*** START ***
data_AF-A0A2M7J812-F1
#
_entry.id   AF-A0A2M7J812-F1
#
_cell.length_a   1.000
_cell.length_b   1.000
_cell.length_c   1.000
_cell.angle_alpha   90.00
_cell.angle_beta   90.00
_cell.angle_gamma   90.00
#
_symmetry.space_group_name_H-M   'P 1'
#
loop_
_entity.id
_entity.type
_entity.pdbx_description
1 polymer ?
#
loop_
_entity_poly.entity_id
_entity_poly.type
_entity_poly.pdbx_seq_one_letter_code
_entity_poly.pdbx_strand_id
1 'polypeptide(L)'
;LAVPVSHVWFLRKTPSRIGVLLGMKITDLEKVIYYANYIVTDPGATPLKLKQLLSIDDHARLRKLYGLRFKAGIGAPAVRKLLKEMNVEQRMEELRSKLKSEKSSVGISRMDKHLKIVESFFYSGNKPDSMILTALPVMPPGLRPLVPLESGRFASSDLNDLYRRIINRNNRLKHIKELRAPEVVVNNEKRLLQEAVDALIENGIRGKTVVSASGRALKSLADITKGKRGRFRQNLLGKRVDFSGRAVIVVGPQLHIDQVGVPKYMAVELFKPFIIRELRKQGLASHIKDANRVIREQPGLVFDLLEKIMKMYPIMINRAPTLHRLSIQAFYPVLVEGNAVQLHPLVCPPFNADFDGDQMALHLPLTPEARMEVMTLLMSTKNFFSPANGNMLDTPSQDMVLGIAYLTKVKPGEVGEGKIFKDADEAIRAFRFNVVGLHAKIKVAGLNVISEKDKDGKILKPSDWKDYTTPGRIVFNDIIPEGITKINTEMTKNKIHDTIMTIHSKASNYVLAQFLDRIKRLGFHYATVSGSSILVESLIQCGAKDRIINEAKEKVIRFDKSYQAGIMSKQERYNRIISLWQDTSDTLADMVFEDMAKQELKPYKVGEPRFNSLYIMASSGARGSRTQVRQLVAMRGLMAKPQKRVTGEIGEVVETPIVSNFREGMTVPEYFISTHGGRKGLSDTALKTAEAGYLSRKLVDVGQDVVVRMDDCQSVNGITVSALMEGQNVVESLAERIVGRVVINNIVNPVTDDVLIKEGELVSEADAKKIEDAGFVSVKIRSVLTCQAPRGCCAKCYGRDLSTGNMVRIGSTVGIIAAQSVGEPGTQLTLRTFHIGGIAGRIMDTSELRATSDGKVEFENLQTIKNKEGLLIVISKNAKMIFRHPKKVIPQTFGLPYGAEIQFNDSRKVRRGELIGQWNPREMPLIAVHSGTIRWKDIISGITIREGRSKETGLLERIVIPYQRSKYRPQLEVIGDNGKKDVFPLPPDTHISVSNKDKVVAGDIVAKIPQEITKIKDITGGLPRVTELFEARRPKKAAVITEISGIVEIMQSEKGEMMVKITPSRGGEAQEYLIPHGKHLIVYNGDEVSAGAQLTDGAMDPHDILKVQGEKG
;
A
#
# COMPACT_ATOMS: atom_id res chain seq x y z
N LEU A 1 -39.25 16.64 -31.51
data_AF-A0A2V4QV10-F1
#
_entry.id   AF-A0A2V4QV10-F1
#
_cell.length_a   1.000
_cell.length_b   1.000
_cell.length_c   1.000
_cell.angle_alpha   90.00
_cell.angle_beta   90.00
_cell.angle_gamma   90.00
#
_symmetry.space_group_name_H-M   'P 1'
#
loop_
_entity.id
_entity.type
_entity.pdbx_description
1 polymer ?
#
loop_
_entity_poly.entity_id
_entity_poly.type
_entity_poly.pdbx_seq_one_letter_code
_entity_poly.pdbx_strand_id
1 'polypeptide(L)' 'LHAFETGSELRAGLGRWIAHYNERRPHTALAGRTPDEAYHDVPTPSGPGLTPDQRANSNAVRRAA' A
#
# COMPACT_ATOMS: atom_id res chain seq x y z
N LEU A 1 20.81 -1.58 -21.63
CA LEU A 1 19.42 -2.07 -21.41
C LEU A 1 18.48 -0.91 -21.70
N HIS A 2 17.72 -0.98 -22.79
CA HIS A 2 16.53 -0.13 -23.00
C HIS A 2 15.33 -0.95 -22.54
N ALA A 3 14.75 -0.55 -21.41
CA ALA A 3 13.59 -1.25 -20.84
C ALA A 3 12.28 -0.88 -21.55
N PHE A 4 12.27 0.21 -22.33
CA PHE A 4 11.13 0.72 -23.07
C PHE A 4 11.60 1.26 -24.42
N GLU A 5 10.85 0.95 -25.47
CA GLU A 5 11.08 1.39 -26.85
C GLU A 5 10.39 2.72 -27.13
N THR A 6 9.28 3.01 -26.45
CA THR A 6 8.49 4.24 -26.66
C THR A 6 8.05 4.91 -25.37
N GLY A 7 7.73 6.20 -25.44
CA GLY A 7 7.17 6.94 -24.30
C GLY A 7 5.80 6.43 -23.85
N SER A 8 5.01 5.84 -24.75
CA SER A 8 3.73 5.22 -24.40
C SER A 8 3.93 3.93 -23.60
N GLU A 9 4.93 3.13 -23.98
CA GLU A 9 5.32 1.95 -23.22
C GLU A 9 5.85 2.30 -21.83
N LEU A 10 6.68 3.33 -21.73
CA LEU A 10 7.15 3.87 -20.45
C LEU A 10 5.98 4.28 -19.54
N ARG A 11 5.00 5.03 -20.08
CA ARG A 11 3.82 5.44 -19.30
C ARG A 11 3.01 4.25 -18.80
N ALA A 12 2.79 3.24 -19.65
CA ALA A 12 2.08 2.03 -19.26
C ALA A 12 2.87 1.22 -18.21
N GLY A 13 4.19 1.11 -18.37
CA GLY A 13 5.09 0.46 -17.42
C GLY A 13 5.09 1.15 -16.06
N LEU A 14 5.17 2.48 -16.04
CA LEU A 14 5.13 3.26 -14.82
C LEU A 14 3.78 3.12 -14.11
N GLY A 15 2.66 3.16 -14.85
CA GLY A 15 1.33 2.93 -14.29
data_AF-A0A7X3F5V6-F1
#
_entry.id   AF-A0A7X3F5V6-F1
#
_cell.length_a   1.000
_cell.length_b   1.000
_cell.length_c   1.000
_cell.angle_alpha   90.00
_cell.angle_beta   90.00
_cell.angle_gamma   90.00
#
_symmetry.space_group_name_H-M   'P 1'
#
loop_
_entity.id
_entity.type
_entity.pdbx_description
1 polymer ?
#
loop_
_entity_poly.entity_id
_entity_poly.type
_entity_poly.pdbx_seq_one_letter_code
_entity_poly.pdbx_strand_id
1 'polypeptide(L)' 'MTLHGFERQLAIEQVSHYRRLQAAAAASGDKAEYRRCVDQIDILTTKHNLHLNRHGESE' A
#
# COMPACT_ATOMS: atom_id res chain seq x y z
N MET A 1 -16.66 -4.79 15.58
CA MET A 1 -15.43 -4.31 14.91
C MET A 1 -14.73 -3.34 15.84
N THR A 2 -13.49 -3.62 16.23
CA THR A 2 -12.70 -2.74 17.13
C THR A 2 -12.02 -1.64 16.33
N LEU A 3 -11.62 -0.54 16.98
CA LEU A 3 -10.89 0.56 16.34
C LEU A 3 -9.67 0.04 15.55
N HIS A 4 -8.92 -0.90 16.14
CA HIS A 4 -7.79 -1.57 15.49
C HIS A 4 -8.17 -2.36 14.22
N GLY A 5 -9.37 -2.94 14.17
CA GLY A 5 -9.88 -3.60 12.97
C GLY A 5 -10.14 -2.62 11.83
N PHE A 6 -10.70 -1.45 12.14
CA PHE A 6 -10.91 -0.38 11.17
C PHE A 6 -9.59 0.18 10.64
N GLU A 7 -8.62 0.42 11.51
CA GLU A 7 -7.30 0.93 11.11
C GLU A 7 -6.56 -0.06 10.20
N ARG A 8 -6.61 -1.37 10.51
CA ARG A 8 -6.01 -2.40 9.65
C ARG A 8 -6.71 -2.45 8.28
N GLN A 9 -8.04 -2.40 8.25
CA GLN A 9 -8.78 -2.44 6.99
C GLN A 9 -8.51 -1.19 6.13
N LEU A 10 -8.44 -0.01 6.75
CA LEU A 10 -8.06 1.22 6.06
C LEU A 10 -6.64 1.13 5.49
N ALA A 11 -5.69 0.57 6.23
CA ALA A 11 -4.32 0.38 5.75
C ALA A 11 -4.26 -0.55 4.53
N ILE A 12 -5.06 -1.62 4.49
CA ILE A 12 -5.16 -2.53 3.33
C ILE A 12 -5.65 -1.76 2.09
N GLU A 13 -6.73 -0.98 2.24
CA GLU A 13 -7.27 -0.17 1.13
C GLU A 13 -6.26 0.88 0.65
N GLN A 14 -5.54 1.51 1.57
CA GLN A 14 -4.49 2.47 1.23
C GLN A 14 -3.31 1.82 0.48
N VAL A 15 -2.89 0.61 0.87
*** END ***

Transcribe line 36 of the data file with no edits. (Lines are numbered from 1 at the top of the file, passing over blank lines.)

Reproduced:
_cell.length_a   1.000